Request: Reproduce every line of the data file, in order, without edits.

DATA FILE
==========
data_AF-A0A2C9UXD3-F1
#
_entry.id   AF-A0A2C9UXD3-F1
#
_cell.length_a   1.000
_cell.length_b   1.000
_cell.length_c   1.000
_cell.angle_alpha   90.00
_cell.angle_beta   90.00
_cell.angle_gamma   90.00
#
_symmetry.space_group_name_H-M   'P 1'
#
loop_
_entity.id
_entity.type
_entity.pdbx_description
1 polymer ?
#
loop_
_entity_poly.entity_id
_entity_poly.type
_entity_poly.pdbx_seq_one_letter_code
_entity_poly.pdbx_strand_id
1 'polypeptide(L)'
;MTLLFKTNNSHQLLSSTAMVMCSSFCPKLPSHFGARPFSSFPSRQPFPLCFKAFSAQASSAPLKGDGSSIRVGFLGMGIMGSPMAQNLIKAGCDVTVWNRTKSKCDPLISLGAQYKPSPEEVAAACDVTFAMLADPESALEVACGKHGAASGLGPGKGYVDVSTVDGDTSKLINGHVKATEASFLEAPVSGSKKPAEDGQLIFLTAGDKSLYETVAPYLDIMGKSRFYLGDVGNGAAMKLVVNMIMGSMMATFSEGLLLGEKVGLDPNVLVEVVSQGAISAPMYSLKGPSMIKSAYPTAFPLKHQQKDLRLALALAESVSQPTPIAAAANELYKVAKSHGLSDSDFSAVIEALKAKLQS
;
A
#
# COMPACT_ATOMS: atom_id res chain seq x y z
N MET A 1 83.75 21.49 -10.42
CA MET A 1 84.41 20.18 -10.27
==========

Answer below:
data_AF-A0A2C9UXD3-F1
#
_entry.id   AF-A0A2C9UXD3-F1
#
_cell.length_a   1.000
_cell.length_b   1.000
_cell.length_c   1.000
_cell.angle_alpha   90.00
_cell.angle_beta   90.00
_cell.angle_gamma   90.00
#
_symmetry.space_group_name_H-M   'P 1'
#
loop_
_entity.id
_entity.type
_entity.pdbx_description
1 polymer ?
#
loop_
_entity_poly.entity_id
_entity_poly.type
_entity_poly.pdbx_seq_one_letter_code
_entity_poly.pdbx_strand_id
1 'polypeptide(L)'
;MTLLFKTNNSHQLLSSTAMVMCSSFCPKLPSHFGARPFSSFPSRQPFPLCFKAFSAQASSAPLKGDGSSIRVGFLGMGIMGSPMAQNLIKAGCDVTVWNRTKSKCDPLISLGAQYKPSPEEVAAACDVTFAMLADPESALEVACGKHGAASGLGPGKGYVDVSTVDGDTSKLINGHVKATEASFLEAPVSGSKKPAEDGQLIFLTAGDKSLYETVAPYLDIMGKSRFYLGDVGNGAAMKLVVNMIMGSMMATFSEGLLLGEKVGLDPNVLVEVVSQGAISAPMYSLKGPSMIKSAYPTAFPLKHQQKDLRLALALAESVSQPTPIAAAANELYKVAKSHGLSDSDFSAVIEALKAKLQS
;
A
#
# COMPACT_ATOMS: atom_id res chain seq x y z
N MET A 1 83.75 21.49 -10.42
CA MET A 1 84.41 20.18 -10.27